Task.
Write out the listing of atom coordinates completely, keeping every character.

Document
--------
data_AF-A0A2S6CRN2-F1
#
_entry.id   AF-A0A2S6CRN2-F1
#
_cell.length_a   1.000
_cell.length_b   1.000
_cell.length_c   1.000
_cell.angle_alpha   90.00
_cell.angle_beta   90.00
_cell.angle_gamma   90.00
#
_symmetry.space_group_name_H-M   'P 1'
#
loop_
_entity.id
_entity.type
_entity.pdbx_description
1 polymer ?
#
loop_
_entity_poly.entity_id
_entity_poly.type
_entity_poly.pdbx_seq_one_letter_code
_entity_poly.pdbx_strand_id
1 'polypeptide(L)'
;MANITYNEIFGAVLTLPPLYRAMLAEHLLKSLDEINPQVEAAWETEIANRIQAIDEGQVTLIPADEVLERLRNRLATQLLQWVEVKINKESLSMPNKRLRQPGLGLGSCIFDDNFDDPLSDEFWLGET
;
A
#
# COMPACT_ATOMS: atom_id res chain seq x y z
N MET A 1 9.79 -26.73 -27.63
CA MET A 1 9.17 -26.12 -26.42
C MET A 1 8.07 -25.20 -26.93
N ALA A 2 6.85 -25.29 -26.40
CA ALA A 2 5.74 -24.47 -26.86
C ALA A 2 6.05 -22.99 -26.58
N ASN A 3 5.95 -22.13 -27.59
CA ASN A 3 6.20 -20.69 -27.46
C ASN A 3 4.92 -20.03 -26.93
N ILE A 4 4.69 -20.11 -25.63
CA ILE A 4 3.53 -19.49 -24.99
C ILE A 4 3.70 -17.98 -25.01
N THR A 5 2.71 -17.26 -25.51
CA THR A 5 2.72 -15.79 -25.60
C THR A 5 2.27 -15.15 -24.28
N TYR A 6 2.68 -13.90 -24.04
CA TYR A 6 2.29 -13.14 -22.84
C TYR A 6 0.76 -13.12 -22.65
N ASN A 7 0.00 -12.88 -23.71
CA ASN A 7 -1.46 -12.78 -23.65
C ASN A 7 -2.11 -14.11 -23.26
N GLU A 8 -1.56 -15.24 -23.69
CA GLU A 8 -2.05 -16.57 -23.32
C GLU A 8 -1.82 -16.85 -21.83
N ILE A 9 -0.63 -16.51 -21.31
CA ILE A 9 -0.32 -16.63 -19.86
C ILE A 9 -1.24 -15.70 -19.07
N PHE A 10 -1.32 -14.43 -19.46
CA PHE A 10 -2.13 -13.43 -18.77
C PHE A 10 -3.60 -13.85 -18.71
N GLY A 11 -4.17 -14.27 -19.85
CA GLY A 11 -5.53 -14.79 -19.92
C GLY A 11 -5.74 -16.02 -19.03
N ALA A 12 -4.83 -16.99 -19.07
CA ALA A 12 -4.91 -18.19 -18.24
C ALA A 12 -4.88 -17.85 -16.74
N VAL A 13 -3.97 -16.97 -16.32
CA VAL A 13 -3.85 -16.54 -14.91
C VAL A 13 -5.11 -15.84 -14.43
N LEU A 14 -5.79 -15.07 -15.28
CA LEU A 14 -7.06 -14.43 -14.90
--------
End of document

data_AF-A0A2S6CRN2-F1
#
_entry.id   AF-A0A2S6CRN2-F1
#
_cell.length_a   1.000
_cell.length_b   1.000
_cell.length_c   1.000
_cell.angle_alpha   90.00
_cell.angle_beta   90.00
_cell.angle_gamma   90.00
#
_symmetry.space_group_name_H-M   'P 1'
#
loop_
_entity.id
_entity.type
_entity.pdbx_description
1 polymer ?
#
loop_
_entity_poly.entity_id
_entity_poly.type
_entity_poly.pdbx_seq_one_letter_code
_entity_poly.pdbx_strand_id
1 'polypeptide(L)'
;MANITYNEIFGAVLTLPPLYRAMLAEHLLKSLDEINPQVEAAWETEIANRIQAIDEGQVTLIPADEVLERLRNRLATQLLQWVEVKINKESLSMPNKRLRQPGLGLGSCIFDDNFDDPLSDEFWLGET
;
A
#
# COMPACT_ATOMS: atom_id res chain seq x y z
N MET A 1 9.79 -26.73 -27.63
CA MET A 1 9.17 -26.12 -26.42
C MET A 1 8.07 -25.20 -26.93
N ALA A 2 6.85 -25.29 -26.40
CA ALA A 2 5.74 -24.47 -26.86
C ALA A 2 6.05 -22.99 -26.58
N ASN A 3 5.95 -22.13 -27.59
CA ASN A 3 6.20 -20.69 -27.46
C ASN A 3 4.92 -20.03 -26.93
N ILE A 4 4.69 -20.11 -25.63
CA ILE A 4 3.53 -19.49 -24.99
C ILE A 4 3.70 -17.98 -25.01
N THR A 5 2.71 -17.26 -25.51
CA THR A 5 2.72 -15.79 -25.60
C THR A 5 2.27 -15.15 -24.28
N TYR A 6 2.68 -13.90 -24.04
CA TYR A 6 2.29 -13.14 -22.84
C TYR A 6 0.76 -13.12 -22.65
N ASN A 7 0.00 -12.88 -23.71
CA ASN A 7 -1.46 -12.78 -23.65
C ASN A 7 -2.11 -14.11 -23.26
N GLU A 8 -1.56 -15.24 -23.69
CA GLU A 8 -2.05 -16.57 -23.32
C GLU A 8 -1.82 -16.85 -21.83
N ILE A 9 -0.63 -16.51 -21.31
CA ILE A 9 -0.32 -16.63 -19.86
C ILE A 9 -1.24 -15.70 -19.07
N PHE A 10 -1.32 -14.43 -19.46
CA PHE A 10 -2.13 -13.43 -18.77
C PHE A 10 -3.60 -13.85 -18.71
N GLY A 11 -4.17 -14.27 -19.85
CA GLY A 11 -5.53 -14.79 -19.92
C GLY A 11 -5.74 -16.02 -19.03
N ALA A 12 -4.83 -16.99 -19.07
CA ALA A 12 -4.91 -18.19 -18.24
C ALA A 12 -4.88 -17.85 -16.74
N VAL A 13 -3.97 -16.97 -16.32
CA VAL A 13 -3.85 -16.54 -14.91
C VAL A 13 -5.11 -15.84 -14.43
N LEU A 14 -5.79 -15.07 -15.28
CA LEU A 14 -7.06 -14.43 -14.90